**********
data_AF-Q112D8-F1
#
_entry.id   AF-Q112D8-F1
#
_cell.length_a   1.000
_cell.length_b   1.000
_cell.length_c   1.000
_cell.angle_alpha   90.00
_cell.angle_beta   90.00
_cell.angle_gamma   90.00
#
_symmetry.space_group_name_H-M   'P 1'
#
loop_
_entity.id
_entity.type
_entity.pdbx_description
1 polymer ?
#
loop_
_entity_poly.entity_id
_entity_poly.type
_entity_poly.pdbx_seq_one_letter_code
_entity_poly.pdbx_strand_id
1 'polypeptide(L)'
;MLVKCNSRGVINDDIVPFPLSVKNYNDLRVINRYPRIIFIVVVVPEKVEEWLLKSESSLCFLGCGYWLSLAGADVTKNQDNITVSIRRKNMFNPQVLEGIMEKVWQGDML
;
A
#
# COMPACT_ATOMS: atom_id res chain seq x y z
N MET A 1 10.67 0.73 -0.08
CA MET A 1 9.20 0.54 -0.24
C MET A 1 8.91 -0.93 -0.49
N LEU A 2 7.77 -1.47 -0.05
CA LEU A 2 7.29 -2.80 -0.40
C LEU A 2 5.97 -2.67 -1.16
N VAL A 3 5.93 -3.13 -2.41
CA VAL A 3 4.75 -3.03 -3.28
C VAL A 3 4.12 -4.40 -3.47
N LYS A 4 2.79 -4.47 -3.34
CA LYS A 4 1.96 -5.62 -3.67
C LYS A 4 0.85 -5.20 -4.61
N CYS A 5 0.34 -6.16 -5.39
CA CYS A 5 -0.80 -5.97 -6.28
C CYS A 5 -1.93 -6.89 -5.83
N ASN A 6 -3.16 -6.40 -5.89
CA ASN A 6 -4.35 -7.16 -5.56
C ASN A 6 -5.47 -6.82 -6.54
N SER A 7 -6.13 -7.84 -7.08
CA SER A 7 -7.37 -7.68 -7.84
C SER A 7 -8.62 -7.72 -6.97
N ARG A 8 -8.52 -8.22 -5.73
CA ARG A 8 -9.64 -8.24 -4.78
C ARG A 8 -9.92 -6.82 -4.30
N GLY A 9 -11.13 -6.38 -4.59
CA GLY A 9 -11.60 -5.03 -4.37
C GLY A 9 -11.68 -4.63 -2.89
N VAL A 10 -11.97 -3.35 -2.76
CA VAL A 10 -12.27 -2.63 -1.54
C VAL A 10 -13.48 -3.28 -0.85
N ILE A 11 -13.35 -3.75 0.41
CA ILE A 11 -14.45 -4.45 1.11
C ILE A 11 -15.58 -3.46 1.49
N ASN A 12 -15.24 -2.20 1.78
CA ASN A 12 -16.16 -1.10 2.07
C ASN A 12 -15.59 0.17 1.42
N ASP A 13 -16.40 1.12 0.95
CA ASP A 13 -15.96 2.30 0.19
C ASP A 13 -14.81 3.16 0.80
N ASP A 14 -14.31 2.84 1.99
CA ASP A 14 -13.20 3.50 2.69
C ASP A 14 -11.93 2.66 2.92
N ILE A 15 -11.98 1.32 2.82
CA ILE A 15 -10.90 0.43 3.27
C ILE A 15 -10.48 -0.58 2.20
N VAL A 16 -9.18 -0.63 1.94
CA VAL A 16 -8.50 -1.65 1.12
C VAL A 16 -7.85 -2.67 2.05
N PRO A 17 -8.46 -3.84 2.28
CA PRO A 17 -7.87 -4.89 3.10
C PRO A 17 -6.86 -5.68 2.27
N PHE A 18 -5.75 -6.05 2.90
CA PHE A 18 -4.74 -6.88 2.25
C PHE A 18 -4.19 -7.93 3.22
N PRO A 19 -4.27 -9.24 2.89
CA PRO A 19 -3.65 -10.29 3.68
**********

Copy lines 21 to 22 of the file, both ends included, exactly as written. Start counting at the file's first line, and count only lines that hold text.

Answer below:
_entity_poly.entity_id
_entity_poly.type